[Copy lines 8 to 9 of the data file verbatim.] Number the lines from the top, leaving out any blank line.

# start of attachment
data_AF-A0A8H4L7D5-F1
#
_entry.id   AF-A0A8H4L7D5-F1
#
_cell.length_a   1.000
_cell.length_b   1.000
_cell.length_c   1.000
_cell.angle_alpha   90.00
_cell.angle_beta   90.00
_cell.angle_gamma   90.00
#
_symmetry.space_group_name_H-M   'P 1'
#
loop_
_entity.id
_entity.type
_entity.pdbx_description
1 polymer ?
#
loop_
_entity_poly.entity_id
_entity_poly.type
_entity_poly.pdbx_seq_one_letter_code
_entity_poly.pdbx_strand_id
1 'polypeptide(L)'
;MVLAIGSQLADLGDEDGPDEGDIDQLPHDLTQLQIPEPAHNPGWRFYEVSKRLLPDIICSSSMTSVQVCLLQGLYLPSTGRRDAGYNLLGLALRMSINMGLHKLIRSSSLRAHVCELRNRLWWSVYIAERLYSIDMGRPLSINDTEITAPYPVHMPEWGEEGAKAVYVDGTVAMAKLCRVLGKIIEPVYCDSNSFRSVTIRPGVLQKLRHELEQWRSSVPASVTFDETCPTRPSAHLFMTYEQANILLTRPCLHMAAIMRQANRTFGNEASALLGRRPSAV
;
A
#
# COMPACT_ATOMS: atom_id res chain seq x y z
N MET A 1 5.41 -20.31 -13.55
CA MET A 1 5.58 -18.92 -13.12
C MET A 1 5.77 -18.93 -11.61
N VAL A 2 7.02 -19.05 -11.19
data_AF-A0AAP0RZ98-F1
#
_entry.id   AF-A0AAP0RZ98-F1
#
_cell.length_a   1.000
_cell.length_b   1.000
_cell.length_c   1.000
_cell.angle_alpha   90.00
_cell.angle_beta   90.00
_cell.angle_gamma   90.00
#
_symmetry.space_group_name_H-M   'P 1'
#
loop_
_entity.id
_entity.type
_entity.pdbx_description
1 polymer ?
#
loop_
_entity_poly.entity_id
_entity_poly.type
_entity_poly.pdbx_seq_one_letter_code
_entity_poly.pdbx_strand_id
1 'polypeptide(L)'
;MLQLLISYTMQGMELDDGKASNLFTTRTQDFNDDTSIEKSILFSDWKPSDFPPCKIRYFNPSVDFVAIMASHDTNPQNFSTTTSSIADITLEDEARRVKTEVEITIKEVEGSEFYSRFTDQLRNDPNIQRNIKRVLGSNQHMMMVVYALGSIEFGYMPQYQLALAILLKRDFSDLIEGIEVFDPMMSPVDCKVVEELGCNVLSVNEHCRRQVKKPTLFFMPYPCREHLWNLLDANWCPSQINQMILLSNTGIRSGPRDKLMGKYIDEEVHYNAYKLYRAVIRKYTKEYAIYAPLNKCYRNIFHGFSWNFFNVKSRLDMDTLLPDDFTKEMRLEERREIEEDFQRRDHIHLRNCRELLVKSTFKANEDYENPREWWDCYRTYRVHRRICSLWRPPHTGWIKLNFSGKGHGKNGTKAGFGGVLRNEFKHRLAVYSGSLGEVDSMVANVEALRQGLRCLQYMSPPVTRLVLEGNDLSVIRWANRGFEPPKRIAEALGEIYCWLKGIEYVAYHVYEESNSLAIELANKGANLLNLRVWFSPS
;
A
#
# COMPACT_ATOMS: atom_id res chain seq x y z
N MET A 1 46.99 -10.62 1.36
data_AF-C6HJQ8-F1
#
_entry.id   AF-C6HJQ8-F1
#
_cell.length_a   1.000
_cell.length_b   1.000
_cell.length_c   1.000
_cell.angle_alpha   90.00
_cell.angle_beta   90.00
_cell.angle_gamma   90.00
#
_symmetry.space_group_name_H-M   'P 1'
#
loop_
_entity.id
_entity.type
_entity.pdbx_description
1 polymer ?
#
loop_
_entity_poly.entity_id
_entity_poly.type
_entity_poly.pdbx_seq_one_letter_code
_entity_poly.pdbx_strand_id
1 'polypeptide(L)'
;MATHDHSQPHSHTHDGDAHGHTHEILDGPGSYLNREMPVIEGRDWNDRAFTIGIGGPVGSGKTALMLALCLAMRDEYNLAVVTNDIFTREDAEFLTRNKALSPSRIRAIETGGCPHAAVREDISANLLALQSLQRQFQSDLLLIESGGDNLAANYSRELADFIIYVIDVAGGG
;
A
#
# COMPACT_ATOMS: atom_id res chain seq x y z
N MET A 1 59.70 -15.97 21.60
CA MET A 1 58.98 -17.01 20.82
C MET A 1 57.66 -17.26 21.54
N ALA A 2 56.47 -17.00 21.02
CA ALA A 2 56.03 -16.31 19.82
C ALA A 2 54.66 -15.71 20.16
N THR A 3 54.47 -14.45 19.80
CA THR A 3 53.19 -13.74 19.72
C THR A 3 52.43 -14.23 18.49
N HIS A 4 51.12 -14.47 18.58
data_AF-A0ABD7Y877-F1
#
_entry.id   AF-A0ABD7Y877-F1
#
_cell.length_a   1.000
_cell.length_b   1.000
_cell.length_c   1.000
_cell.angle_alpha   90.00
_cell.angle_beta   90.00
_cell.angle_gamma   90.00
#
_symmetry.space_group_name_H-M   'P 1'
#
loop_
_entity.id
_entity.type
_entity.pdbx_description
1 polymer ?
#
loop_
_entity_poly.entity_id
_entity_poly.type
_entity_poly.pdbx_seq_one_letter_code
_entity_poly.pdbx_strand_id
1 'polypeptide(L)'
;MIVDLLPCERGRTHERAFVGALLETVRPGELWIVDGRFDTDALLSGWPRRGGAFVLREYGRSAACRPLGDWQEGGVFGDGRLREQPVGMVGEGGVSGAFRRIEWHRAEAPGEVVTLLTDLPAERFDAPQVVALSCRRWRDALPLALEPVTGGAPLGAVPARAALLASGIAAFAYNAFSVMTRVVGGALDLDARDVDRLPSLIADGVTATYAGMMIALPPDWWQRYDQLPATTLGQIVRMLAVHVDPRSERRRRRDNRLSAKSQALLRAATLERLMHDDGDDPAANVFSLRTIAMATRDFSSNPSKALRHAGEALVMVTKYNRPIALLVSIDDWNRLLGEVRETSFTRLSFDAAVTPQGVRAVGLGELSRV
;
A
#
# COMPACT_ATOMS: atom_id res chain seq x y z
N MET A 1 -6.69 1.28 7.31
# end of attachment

_cell.angle_alpha   90.00
_cell.angle_beta   90.00